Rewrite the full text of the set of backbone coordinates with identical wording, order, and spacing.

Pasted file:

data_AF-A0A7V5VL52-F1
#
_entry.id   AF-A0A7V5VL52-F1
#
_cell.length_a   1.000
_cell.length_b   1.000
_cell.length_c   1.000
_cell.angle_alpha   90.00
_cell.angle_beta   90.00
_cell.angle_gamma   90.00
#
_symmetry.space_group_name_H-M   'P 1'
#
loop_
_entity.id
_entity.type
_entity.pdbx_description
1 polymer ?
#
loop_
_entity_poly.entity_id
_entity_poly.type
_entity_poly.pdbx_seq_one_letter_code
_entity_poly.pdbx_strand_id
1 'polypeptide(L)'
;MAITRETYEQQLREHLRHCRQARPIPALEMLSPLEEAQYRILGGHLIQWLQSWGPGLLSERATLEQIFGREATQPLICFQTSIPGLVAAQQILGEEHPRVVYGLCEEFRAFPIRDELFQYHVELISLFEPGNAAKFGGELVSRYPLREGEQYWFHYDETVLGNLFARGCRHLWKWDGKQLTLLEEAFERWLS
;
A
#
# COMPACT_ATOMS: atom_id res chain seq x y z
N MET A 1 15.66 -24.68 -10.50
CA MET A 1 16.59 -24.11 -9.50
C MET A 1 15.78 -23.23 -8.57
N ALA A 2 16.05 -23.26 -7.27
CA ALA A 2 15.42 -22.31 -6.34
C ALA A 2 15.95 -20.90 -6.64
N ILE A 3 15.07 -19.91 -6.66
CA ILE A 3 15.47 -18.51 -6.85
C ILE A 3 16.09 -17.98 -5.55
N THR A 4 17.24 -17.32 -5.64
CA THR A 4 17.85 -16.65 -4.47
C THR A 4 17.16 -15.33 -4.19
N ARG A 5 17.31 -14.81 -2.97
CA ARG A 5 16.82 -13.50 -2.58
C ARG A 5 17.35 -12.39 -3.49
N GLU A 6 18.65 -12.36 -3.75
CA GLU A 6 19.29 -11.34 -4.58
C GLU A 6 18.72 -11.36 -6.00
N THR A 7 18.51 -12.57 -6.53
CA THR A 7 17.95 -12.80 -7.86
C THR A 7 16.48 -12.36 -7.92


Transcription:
data_AF-A0A7V5VL52-F1
#
_entry.id   AF-A0A7V5VL52-F1
#
_cell.length_a   1.000
_cell.length_b   1.000
_cell.length_c   1.000
_cell.angle_alpha   90.00
_cell.angle_beta   90.00
_cell.angle_gamma   90.00
#
_symmetry.space_group_name_H-M   'P 1'
#
loop_
_entity.id
_entity.type
_entity.pdbx_description
1 polymer ?
#
loop_
_entity_poly.entity_id
_entity_poly.type
_entity_poly.pdbx_seq_one_letter_code
_entity_poly.pdbx_strand_id
1 'polypeptide(L)'
;MAITRETYEQQLREHLRHCRQARPIPALEMLSPLEEAQYRILGGHLIQWLQSWGPGLLSERATLEQIFGREATQPLICFQTSIPGLVAAQQILGEEHPRVVYGLCEEFRAFPIRDELFQYHVELISLFEPGNAAKFGGELVSRYPLREGEQYWFHYDETVLGNLFARGCRHLWKWDGKQLTLLEEAFERWLS
;
A
#
# COMPACT_ATOMS: atom_id res chain seq x y z
N MET A 1 15.66 -24.68 -10.50
CA MET A 1 16.59 -24.11 -9.50
C MET A 1 15.78 -23.23 -8.57
N ALA A 2 16.05 -23.26 -7.27
CA ALA A 2 15.42 -22.31 -6.34
C ALA A 2 15.95 -20.90 -6.64
N ILE A 3 15.07 -19.91 -6.66
CA ILE A 3 15.47 -18.51 -6.85
C ILE A 3 16.09 -17.98 -5.55
N THR A 4 17.24 -17.32 -5.64
CA THR A 4 17.85 -16.65 -4.47
C THR A 4 17.16 -15.33 -4.19
N ARG A 5 17.31 -14.81 -2.97
CA ARG A 5 16.82 -13.50 -2.58
C ARG A 5 17.35 -12.39 -3.49
N GLU A 6 18.65 -12.36 -3.75
CA GLU A 6 19.29 -11.34 -4.58
C GLU A 6 18.72 -11.36 -6.00
N THR A 7 18.51 -12.57 -6.53
CA THR A 7 17.95 -12.80 -7.86
C THR A 7 16.48 -12.36 -7.92